Bridgeport, CT — A Connecticut cop has been suspended this week after video surfaced showing him bash a teen in the head with his pistol for seemingly no reason at all. At the time the officer struck the teen, the teen’s arms were in the air and he was listening to officer commands.
The incident happened Friday night and was captured on video by a neighbor. According to police, they were investigating a stolen car and pulled the teen driver over. Bridgeport police officer, Gianni Capozziello, then yells at the teen to put his hands up and put them out of the window.
The teen, who was inside the car with the windows rolled up, took a few seconds to comply, opened the door and got out of the car as he may not have been able to hear the officer’s commands. As he gets out, he pulls his pants up, which is interpreted by Capozziello as a threat.
“I observed both of his hands drop below his waistline,” Capozziello wrote in his report.
“Fearing [he] may be reaching for a weapon, I utilized the magazine well area of (his) pistol as an emergency impact weapon,” the officer wrote.
However, as the video — that the cops did not know was being taken — shows, the teen was no threat. He had his hands in the air and was complying with the order to walk toward the front of the vehicle when he was struck. There was no reason whatsoever to bash the teen in the head with his pistol and then begin hitting him on the ground.
“If what’s on that video is true, this officer needs to be prosecuted…terminated and looked at by the State’s Attorney’s Office for assault,” says Mayor Joe Ganim. “It’s outrageous. It won’t be tolerated by anybody who is a member of the Bridgeport police department.”
Bridgeport Police Chief Armando Perez said he put Capozziello on administrative leave “as soon as I became aware of the video” Saturday.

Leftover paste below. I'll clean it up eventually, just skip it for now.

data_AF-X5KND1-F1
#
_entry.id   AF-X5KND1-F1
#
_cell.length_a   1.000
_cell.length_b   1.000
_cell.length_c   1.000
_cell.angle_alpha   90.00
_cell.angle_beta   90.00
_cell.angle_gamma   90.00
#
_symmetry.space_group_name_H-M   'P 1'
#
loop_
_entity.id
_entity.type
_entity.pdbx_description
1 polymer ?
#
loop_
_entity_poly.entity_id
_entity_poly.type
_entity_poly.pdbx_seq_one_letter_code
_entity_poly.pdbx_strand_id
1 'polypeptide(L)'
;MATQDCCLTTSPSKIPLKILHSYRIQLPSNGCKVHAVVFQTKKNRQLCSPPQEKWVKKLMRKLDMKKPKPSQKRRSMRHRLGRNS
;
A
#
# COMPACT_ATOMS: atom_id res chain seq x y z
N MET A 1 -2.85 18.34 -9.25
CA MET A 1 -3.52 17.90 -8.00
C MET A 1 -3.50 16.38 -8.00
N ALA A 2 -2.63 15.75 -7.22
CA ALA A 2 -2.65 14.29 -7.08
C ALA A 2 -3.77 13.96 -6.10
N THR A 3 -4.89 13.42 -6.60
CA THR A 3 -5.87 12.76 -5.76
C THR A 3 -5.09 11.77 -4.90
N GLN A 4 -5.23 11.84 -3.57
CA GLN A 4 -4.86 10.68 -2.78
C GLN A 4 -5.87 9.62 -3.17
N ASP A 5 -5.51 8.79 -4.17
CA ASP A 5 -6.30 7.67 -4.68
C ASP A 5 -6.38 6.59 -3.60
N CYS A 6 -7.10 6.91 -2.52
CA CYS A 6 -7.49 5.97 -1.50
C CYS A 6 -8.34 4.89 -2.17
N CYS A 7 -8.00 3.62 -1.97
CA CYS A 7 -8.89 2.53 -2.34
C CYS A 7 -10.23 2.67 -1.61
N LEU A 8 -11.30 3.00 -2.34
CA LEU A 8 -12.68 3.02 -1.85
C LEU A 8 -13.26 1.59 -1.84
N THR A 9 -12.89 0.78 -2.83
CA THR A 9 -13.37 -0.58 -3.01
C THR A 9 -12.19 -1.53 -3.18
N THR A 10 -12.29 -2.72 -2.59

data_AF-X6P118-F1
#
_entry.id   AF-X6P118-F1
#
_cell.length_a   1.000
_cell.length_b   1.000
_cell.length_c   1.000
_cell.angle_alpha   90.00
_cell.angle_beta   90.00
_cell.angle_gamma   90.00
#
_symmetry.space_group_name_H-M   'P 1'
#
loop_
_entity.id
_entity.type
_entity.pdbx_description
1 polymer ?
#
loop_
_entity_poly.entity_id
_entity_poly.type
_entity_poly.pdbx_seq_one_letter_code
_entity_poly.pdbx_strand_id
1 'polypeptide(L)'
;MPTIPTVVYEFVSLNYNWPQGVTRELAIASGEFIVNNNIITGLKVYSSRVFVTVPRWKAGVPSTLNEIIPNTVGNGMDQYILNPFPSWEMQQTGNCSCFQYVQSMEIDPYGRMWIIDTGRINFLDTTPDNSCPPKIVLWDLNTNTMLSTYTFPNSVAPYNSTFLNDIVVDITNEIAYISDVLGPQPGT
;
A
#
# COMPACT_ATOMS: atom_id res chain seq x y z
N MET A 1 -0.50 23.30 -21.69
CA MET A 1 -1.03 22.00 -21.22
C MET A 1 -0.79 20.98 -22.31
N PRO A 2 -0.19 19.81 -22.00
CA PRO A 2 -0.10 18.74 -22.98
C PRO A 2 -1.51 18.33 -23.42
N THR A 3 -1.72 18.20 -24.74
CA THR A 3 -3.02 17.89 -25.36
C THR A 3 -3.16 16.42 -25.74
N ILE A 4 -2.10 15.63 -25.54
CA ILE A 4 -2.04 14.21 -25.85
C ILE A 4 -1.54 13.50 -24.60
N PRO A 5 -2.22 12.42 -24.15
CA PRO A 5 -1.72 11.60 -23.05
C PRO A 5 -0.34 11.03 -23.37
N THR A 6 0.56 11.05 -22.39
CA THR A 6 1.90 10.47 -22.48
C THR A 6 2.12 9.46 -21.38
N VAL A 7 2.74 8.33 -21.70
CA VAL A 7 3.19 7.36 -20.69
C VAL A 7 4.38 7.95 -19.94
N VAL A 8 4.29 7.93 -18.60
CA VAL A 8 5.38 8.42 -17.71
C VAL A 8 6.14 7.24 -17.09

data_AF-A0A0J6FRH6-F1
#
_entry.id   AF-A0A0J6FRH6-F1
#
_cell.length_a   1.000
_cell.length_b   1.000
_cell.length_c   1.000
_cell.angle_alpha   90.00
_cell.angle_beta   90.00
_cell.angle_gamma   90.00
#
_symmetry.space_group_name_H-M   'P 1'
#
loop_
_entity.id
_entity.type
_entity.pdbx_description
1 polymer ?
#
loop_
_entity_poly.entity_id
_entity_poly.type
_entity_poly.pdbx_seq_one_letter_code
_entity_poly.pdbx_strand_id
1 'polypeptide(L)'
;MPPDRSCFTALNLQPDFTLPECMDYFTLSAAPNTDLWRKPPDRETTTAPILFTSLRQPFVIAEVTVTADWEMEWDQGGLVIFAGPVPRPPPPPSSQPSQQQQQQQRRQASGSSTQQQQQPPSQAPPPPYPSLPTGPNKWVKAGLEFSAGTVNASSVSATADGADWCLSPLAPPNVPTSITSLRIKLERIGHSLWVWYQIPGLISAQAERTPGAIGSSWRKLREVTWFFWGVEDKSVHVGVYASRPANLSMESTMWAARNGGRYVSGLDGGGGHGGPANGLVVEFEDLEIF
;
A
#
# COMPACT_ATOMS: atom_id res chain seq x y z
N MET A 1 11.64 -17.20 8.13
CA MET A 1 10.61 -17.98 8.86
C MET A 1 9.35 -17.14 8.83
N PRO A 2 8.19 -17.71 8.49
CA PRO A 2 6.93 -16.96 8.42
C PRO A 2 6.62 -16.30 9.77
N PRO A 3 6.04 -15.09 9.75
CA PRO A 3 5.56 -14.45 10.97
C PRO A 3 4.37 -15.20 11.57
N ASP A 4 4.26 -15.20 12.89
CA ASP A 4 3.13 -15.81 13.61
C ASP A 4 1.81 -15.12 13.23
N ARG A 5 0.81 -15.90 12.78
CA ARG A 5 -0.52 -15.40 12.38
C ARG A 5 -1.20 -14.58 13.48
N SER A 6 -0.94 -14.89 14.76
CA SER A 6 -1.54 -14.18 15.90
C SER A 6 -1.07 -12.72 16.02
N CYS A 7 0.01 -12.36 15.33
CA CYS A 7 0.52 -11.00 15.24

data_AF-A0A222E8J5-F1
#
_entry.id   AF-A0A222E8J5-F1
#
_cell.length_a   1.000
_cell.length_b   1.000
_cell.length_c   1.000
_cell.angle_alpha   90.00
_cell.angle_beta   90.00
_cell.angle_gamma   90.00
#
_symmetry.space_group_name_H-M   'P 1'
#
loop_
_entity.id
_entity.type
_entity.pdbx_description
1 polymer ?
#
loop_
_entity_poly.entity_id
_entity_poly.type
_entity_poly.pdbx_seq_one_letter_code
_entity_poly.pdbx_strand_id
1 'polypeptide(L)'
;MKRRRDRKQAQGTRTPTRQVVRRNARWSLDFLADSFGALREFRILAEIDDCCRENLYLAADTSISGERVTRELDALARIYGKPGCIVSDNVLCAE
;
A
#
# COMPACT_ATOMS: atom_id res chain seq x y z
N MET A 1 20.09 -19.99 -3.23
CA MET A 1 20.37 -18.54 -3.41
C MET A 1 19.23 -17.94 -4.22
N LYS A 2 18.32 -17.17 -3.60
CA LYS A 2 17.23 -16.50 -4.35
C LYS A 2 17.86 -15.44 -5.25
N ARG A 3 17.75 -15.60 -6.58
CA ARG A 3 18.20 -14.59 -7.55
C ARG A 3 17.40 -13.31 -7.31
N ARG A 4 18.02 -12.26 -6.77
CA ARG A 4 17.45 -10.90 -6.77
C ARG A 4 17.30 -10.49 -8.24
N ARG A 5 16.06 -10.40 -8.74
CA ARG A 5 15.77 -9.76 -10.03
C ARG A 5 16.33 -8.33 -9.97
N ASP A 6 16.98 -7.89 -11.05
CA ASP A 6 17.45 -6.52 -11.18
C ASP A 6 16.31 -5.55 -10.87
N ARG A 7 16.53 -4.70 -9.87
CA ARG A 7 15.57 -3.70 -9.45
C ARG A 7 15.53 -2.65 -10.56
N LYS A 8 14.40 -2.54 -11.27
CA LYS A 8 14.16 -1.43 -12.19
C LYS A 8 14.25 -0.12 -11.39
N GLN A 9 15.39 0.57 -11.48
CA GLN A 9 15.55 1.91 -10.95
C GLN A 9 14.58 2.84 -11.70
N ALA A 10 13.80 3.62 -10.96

“Following the officer’s dismissal from duty, I instructed Internal Affairs to retain the dashcam and bodycam videos of the arrest scene and to begin an investigation,” the chief said. “Everything that can immediately be done to address this incident has been done.”
Naturally, the police union is urging the public “not to rush to judgement” and released the same canned response of how the officer’s safety is paramount so the rights of others can and will be trampled out of sheer fear alone.
In a statement, Sgt. Charles Paris, President of AFSCME Local 1159, the Bridgeport Police Union said at the time of the incident in question, Capozziello was “conducting a felony stop of an unknown occupant of a reported stolen vehicle in a location that is known for high drug trafficking and weapons. These are known facts that have already been reported, and should be kept in mind before any rush to judgement based on a Facebook video.”
Paris said the union can’t comment on a case that is under investigation, but he added that the police is “dealing with adverse working conditions — such as the decision to split up two-person squad cars” that can put officers at risk, according to the CT Post.
“This is a difficult and emotional time for everyone, including the dedicated police officers who proudly protect and serve our community,” the statement read. “Let’s use this moment as an opportunity for constructive dialogue and meaningful action to improve public safety and foster a better understanding of the challenges facing Bridgeport police officers.”
Whether or not the car was stolen is unknown at this time as well as the teen’s condition.
If the car was stolen, the teen needed to be held accountable. However, because this officer couldn’t control his rage, this teen will likely be financially awarded at the taxpayers expense.